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Filipinos are enduring the worst impacts of climate change, caused by greedy corporations. It's time to hold them to account!

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Rainbow Warrior sets sail in Manila

I last sailed with the Rainbow Warrior in the Philippines in December 2010.  She arrived in the Philippines on the last leg of the “Turn the Tide” tour, where she challenged then President Benigno Aquino III to commit to a 50% renewable energy target by 2020. She was also on her last tour before being decommissioned; a few weeks immediately after her Philippine visit, she was retired as Greenpeace’s flagship, cleaned up, painted over and converted into a floating hospital that was eventually donated to a Bangladeshi non-profit organization.

Our parting was bittersweet. After many years at sea serving as a campaigning platform for the organisation and the communities we worked with, it was time to let her rest. I knew the inevitability of it, but found myself not ready to let go. I knew she was retiring, but at the risk of romanticizing this ship, it really felt like she left a void. My only real consolation at that time was I also knew that a reincarnation of her was in the making.  This time, a powerful, more efficient, environmentally-friendly, custom-designed ship built for the sole purpose of environmental campaigning. She came into operation in October 2011.

It was only a matter of time before I would see her again in the Philippines.

On February 14, the Rainbow Warrior arrived in Manila. My heart filled with anticipation as I and many others waited for her to receive her port clearance. A port clearance is the signal that we can go up to meet her while on anchor at bay. This is her very first Climate Justice and Liability tour, and she is in the Philippines on a 20-day journey in the name of countless communities who are fighting for climate justice.

Day 1 of the Rainbow Warrior in Manila ©Noel Guevara/Greenpeace

While at anchor, hundreds of guests, composed of community representatives from different sectors, media guests, Greenpeace staff and volunteers, went up to meet her. The opening press conference was led by the sectoral representatives, our Executive Director Yeb Saño, and Hettie Geenen, a woman captain who started her career as a Greenpeace sailor in the Philippines when she embarked as a 3rd mate in 2000. In the afternoon, petitioners of the climate change and human rights petition from Bataan and Alabat also came to share their stories of hope, resilience and rising up.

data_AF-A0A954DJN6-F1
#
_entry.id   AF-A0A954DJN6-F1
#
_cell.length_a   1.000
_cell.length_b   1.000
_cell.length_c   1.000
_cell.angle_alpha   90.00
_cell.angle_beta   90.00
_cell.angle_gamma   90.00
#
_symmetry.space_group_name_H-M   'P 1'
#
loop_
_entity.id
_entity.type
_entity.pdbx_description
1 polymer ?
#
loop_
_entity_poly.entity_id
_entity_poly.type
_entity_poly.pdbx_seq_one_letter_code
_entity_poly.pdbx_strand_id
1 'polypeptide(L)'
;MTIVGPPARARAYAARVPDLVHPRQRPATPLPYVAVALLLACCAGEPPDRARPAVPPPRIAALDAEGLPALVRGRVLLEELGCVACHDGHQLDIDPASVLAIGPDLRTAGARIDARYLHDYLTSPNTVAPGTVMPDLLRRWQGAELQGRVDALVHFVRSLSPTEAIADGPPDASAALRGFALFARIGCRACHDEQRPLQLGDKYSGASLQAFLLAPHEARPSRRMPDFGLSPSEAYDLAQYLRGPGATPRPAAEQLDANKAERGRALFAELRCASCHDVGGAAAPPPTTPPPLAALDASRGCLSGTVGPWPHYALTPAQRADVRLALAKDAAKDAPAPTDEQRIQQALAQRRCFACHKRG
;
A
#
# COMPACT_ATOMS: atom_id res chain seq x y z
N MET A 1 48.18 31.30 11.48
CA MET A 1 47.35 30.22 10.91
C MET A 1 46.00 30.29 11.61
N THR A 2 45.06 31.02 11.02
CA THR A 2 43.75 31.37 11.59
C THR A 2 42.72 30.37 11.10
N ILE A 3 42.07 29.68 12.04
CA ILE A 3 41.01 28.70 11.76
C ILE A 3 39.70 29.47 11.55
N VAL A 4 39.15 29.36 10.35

Press conference aboard the Rainbow Warrior © Noel Guevara/Greenpeace

The Rainbow Warrior also served as the platform for the Diet for Climate program, which showcased presentations that showed not only how climate change threatens our food security, but how the food we eat contributes to a larger carbon footprint due to unsustainable ways of production, consumption and distribution. There were also cooking demonstrations of best practices towards ways of improving our eating habits by shifting to an ecological food system.

Diet for Climate aboard the Rainbow Warrior ©Noel Guevara/Greenpeace

Subsequently, the Rainbow Warrior also hosted a roundtable discussion with marine science experts and journalists on the status of coral reefs in the country where they sounded a loud clarion call. The Philippines has lost all its ‘excellent’-classified reef cover amidst climate change impacts and other man-made threats. The groups involved called on countries and governments to urgently act to stop further deterioration of the coral reefs and our oceans.

The state of Philippine coral reefs roundtable discussion ©Noel Guevara/Greenpeace

The Manila visit ended with two open boat days where the ship was made open to the public. Hundreds of people came to visit, to hear the stories that have been told so far and to listen to more of the stories being shared while on board.

Open boat day ©Noel Guevara/Greenpeace

It has been a challenging week, but it has also been the most rewarding. I’ve waited this long to see her again in Philippine waters and the Rainbow Warrior did not disappoint. She is still the same ship that millions of people love, proud of her long history of campaigning.

Those who follow the work of Greenpeace is familiar with this native American prophecy.

“There will come a time when the Earth grows sick, and when it does a tribe will gather from all the cultures of the world who believe in deeds and not words. They will work to heal it… they will be known as “Warriors of the Rainbow.”

What is not known to many is that this prophecy goes on to say:

“The Rainbow Warriors will be strong in their love and powerful in their compassion.  They will be imbued with the willpower to save the voiceless ones, the plants and the animals, because they understand our earthly relationship. They will impart the values of life, not death, of relationship, not violence, of peace, not war.

“Dance with the Rainbow Warriors with their hearts in the clouds and their feet on the ground, the believers, the dreamers, the healers, the cheerful and the Earth Carers. Let their spirit ignite a fire within you to make this world better than the way you find it.”

The Rainbow Warrior is now on her way to Guimaras and Tacloban, offering herself as platform for more voices and stories, that you, too, may be ignited by a fire that will leave you inspired to take action. I invite you to visit her there and hope that you, too, will join us as we journey together with her in our quest for climate justice.

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